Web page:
Michael Cohen's Tweet Dragging Trump On International Women's Day Is An Unexpected Take
Hey guys, remember when President Donald Trump would call his former lawyer and fixer Michael Cohen "weak"? I think Michael Cohen's tweet dragging Trump on International Women's Day just proved him wrong. No, seriously — the post even caught me off guard with how strong-worded it is.
The tweet is part of a back-and-forth between Trump and his former lawyer, and follows comments the president made on March 8, in which he claimed that Cohen lied about not seeking a presidential pardon for a series of financial crimes he pleaded guilty to in 2018. Cohen will begin a three-year sentence for the crimes starting in May. However, Cohen's recent claim that his team had in fact been in touch with Trump's legal team about a possible pardon appears to contradict comments the lawyer made in a congressional testimony on Feb. 27, in which he said, "I have never asked for it, nor would I accept a pardon from President Trump.” Trump countered that in a tweet on March 8. "[Cohen] directly asked me for a pardon. I said NO," the president claimed. The White House and the president's personal legal team did not immediately respond to Elite Daily's request for comment on the subject of a pardon, while Cohen's lawyer Lanny Davis tells Elite Daily in a statement that Cohen had at one point been "open" to a pardon and claims that it had been Trump who had dangled the possibility.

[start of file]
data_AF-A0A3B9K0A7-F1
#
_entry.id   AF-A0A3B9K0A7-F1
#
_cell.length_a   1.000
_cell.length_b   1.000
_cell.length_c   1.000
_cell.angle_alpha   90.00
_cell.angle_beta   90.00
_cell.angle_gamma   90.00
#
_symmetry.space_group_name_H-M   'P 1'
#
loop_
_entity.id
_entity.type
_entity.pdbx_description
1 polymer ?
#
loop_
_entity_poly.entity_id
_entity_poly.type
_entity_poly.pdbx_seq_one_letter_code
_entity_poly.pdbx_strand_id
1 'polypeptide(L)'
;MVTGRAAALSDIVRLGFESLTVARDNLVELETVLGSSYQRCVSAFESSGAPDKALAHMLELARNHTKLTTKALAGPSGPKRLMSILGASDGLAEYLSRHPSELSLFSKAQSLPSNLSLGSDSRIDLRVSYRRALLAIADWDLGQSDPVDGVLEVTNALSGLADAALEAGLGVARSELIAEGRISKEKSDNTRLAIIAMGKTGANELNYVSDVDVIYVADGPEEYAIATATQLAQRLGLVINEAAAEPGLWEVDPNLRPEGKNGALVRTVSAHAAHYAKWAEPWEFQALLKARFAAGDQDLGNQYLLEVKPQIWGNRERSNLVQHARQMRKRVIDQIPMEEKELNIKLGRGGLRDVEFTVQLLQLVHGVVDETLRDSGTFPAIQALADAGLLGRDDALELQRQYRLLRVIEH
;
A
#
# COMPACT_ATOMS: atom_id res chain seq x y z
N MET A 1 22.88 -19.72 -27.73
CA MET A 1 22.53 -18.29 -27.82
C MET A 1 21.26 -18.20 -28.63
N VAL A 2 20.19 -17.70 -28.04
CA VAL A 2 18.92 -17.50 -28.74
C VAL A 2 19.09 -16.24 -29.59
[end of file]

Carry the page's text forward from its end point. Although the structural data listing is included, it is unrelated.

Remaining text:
Responding to Trump's claims, Cohen took to Twitter later on March 8 to claim that the president is the one who is actually lying, and used some allegations against the president to make his point. "Let me remind you that today is #InternationalWomensDay," he continued. "You may want use today to apologize for your own #lies and #DirtyDeeds to women like Karen McDougal and Stephanie Clifford [aka Stormy Daniels]." Both McDougal and Daniels have claimed they had affairs with Trump, which the president has consistently denied. Elite Daily reached out to the White House for comment on the tweet, but did not hear back by the time of publication. Even so, how do you come back from something as scathing as this anyways?
Ahead of the 2016 election, Cohen claims, Trump and the National Enquirer used a "catch and kill" tactic to bury McDougal's story, which is the practice of buying the rights to a story and not publishing it as a way to prevent it from going public. In a statement to Elite Daily in March 2018, the National Enquirer's parent company, American Media, Inc (AMI) said that despite her contract with them, McDougal had been free to talk about her claims since 2016. Cohen also claims that he paid "hush money" to Daniels for her silence at Trump's direction. The president has admitted to reimbursing Cohen for the payment, but denied knowing about it in advance. However, his involvement in the payment scandal — no matter when he knew about it — could still raise questions of federal campaign finance violations. As of March 2019, Trump has not been formally accused of or charged with any crime.
At this point, it's safe to assume that there's a lot more drama to come between these two. But it might be in their best interest to block each other online and let this all sort itself out. Just sayin'.